“I was raised to work. Not everybody appreciates work the way the men in my family do."
I listen to his words. I can sense he is angry. I remember Doray's words...and can see that this man is no exception. So I listen, see, love from a deep soulful and connected space.
He talks and talks and talks. Becomes more animated with each word. He talks about Amendments 1, 2, 5 and 21, his mom, his fellow-truck-drivers, his community and how much he loves the outdoors...the beautiful Pennsylvania woods and mountains and the fresh air.
“Do you have kids?”
“Yep,” he smiles that smile again. “A daughter and a son.”
“Tell me about them.”
“My daughter just finishing nursing school and works in the emergency room at our local hospital. My boy is younger.”
I can tell he has more to say, so I smile. He looks at me and is a bit startled I think by what seems to be occurring here.
A smile, a pause and click.
“I’ll never forget that day.” My son and a friend of his were coming back from fishing. It was the summer. They were coming back about 10 at night. They were pulling out of a Sheetz convenience store and didn’t see the car. It T-boned them. My son was in the passenger seat. He was in the hospital for three months. They weren’t sure whether he was going to make it.”
He lowers his head. I see his lip quiver.
“He is okay now, but it’s been hard.”
There is a long, long pause. My heart pours out all over the table there at the Starbucks and I want to let Dave know that it’s all gonna be okay.
We smile at each other.
“Nice meetin’ ya,” he says as he pushes his chair back from the table and heads over to his truck.
“Same here, Dave.”
I arrive in Rochester later that day. Molly Harrigan Huff and her hubby Kevin greet me. I know it is Molly’s house because of all the stickers on the car in her driveway. You see, Molly is a real-life 21st century hippie. She’s just returned from “Gathering of the Vibes”, a music festival in Connecticut. She went with her 20-something year old daughter and her daughter’s friend. Molly is just that kind of person. You feel so bubbly warm and awesomelicious when you are with her.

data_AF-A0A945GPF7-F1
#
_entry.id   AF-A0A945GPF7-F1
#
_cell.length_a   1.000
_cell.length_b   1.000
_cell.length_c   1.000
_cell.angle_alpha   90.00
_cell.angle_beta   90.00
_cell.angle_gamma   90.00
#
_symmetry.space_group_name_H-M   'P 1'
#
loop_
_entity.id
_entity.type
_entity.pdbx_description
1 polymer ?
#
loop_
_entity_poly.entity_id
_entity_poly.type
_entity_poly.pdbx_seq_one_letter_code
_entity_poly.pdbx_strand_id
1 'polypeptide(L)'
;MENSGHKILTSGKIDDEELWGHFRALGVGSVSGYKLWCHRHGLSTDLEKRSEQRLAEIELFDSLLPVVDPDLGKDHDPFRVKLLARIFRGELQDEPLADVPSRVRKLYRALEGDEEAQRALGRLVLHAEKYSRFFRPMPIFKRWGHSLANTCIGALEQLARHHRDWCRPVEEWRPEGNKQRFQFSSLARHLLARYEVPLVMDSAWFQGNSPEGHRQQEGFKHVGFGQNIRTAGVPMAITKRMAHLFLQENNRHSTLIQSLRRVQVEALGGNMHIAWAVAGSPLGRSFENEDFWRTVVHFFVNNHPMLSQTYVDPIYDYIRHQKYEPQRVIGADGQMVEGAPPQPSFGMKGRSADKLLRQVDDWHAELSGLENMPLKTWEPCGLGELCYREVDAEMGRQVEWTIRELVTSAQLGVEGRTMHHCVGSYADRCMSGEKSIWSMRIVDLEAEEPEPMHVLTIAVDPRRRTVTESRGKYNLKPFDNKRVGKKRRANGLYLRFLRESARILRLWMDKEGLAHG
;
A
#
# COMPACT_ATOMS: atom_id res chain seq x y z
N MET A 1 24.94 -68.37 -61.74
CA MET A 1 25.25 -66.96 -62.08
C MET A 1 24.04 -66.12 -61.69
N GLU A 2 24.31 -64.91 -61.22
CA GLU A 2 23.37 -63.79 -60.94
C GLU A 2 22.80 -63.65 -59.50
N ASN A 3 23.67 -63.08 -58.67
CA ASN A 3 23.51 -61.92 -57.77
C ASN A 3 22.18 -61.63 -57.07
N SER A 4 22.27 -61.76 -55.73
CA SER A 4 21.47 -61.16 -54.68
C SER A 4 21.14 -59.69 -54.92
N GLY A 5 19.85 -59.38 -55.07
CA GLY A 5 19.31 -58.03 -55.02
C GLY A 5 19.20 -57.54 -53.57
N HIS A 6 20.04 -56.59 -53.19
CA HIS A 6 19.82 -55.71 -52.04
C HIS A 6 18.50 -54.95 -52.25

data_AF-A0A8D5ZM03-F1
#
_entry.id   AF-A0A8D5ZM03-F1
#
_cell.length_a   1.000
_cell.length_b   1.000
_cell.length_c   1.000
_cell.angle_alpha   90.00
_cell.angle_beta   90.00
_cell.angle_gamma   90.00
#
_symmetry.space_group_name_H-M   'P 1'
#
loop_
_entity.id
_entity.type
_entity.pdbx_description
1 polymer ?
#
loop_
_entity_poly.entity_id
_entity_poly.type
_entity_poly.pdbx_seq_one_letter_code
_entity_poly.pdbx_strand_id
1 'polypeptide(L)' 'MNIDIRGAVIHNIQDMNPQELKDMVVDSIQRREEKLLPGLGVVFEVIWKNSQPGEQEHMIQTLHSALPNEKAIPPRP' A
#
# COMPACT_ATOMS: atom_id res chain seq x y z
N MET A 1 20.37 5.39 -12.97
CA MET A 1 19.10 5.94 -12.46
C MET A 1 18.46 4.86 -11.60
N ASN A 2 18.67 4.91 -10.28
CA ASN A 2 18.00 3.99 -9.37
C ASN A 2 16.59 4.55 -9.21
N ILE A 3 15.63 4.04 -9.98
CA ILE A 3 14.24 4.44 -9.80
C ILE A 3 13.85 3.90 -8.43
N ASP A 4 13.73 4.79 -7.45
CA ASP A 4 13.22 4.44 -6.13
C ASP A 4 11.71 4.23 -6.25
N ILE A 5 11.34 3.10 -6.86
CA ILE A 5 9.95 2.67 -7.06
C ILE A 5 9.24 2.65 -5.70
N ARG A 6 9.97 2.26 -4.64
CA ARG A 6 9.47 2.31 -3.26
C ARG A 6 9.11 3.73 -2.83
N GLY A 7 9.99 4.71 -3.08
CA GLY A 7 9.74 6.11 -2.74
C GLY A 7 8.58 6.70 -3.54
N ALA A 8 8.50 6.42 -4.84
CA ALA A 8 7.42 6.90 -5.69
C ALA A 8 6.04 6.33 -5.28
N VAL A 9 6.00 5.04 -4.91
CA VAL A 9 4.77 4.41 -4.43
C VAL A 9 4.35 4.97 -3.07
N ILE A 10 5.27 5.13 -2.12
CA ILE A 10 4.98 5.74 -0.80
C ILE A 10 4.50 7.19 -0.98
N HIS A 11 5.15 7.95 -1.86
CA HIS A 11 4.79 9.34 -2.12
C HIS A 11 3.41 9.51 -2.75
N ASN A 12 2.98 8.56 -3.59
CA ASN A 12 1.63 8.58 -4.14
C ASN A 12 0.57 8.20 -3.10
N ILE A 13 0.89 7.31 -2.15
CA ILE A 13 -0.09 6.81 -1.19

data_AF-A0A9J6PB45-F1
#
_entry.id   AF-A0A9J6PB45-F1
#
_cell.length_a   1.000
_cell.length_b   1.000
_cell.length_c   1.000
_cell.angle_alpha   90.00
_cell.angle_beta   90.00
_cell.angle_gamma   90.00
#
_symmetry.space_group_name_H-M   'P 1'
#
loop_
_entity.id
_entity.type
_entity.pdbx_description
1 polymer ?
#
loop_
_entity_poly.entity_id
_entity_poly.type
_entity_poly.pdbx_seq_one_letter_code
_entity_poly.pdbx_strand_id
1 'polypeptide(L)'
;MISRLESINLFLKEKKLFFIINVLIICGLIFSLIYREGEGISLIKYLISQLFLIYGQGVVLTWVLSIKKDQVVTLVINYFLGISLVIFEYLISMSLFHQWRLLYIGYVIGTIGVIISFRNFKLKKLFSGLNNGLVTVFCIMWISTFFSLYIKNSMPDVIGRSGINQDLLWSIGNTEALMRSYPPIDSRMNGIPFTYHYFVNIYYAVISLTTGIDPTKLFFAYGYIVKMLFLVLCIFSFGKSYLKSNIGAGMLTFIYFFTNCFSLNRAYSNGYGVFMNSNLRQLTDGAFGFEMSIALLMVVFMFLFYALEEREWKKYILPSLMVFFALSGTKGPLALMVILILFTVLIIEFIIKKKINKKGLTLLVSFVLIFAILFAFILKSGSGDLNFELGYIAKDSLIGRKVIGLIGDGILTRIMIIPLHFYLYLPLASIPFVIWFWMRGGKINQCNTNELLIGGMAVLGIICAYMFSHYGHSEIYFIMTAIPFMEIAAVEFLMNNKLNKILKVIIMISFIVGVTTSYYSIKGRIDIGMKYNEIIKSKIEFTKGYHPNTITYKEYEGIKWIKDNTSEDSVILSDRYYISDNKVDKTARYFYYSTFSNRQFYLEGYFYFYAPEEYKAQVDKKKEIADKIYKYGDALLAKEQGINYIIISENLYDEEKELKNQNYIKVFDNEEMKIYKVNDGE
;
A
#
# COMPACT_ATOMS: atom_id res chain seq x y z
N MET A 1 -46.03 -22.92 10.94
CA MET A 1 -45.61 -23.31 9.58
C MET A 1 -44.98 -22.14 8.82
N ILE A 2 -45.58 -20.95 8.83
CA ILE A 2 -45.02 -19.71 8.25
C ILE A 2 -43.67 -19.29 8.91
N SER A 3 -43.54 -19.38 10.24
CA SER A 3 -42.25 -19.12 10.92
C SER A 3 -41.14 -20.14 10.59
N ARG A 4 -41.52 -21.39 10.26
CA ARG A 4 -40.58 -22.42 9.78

Kevin is the same. Beard, long pony tail, shirtless. He hugs me. “We’ve been waiting for you!!”
Their house is somewhere I wanna be. Kevin tinkers with old stuff…loves to refurbish old things, cars, snowmobiles…stuff. It feels homey. They've been married for 30 years. Two kids, both grown. That night I would sleep in their son's "old bedroom"
We talk awhile and then head to Molly’s brand new yoga studio for our Red Boot Gathering. About ten brave folks show up.
And here is where I want to sugar coat it and keep all uplifted and joyful…but I gotta tell you…this wasn’t how it went. People are angry. I mean really angry, hurt and frustrated with what’s going on in leadership….and sometimes it’s really hard to see outside all that hurt.
Anger is not a space I typically dwell in and have to be honest don’t LIKE to dwell in but the folks around the circle had a lot to say and so they did.
We eventually got around to something’s gotta be done. We brainstormed a few ideas.
We all bid our farewells. Hugs, shaking hands…smiles.
Funny. Whatever it is we need...I think we’re doing it.
I set out on a run. Molly (Huff) sends me on a route toward the Erie Canal. The sun is bright and beautiful…the air crisp. I run ½ mile and then see the walkway down to the canal.
Little known fact to people…but I am terrified of heights. I mean terrified and in order for me to get down to the water’s edge, I’m going to have to descend a ramp that is, from my perspective, steep and high, scary.
I run down it.
The Erie Canal is beautiful. Quiet waters. It is flat. It is still. It is peaceful. I see it there on my way back. The feather. I stop, put my hands to my forehand and laugh a deep and loud laugh from my belly.
Why oh why do I ever doubt?
Posted on August 6, 2014